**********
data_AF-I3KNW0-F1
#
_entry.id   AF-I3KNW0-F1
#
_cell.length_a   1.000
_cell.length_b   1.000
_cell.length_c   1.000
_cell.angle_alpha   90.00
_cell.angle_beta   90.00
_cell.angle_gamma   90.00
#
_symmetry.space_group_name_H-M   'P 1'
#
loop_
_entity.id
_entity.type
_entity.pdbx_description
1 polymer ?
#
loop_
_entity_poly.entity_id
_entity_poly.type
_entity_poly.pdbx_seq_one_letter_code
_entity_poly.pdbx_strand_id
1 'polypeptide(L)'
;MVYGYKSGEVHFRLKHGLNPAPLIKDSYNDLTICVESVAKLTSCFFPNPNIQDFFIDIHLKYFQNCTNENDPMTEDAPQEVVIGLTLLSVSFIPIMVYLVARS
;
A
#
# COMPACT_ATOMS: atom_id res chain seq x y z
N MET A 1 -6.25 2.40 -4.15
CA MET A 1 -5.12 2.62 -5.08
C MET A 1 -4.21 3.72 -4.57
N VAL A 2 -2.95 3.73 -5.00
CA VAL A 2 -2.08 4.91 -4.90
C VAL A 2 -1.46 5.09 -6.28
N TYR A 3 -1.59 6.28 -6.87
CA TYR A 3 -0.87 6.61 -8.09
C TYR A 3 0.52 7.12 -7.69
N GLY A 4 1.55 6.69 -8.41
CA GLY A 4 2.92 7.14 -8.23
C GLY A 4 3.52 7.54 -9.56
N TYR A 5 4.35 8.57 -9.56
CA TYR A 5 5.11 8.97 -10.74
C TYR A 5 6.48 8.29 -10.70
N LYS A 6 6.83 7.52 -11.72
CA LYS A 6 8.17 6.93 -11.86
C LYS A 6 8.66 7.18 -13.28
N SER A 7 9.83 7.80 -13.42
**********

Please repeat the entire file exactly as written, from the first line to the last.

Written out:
data_AF-I3KNW0-F1
#
_entry.id   AF-I3KNW0-F1
#
_cell.length_a   1.000
_cell.length_b   1.000
_cell.length_c   1.000
_cell.angle_alpha   90.00
_cell.angle_beta   90.00
_cell.angle_gamma   90.00
#
_symmetry.space_group_name_H-M   'P 1'
#
loop_
_entity.id
_entity.type
_entity.pdbx_description
1 polymer ?
#
loop_
_entity_poly.entity_id
_entity_poly.type
_entity_poly.pdbx_seq_one_letter_code
_entity_poly.pdbx_strand_id
1 'polypeptide(L)'
;MVYGYKSGEVHFRLKHGLNPAPLIKDSYNDLTICVESVAKLTSCFFPNPNIQDFFIDIHLKYFQNCTNENDPMTEDAPQEVVIGLTLLSVSFIPIMVYLVARS
;
A
#
# COMPACT_ATOMS: atom_id res chain seq x y z
N MET A 1 -6.25 2.40 -4.15
CA MET A 1 -5.12 2.62 -5.08
C MET A 1 -4.21 3.72 -4.57
N VAL A 2 -2.95 3.73 -5.00
CA VAL A 2 -2.08 4.91 -4.90
C VAL A 2 -1.46 5.09 -6.28
N TYR A 3 -1.59 6.28 -6.87
CA TYR A 3 -0.87 6.61 -8.09
C TYR A 3 0.52 7.12 -7.69
N GLY A 4 1.55 6.69 -8.41
CA GLY A 4 2.92 7.14 -8.23
C GLY A 4 3.52 7.54 -9.56
N TYR A 5 4.35 8.57 -9.56
CA TYR A 5 5.11 8.97 -10.74
C TYR A 5 6.48 8.29 -10.70
N LYS A 6 6.83 7.52 -11.72
CA LYS A 6 8.17 6.93 -11.86
C LYS A 6 8.66 7.18 -13.28
N SER A 7 9.83 7.80 -13.42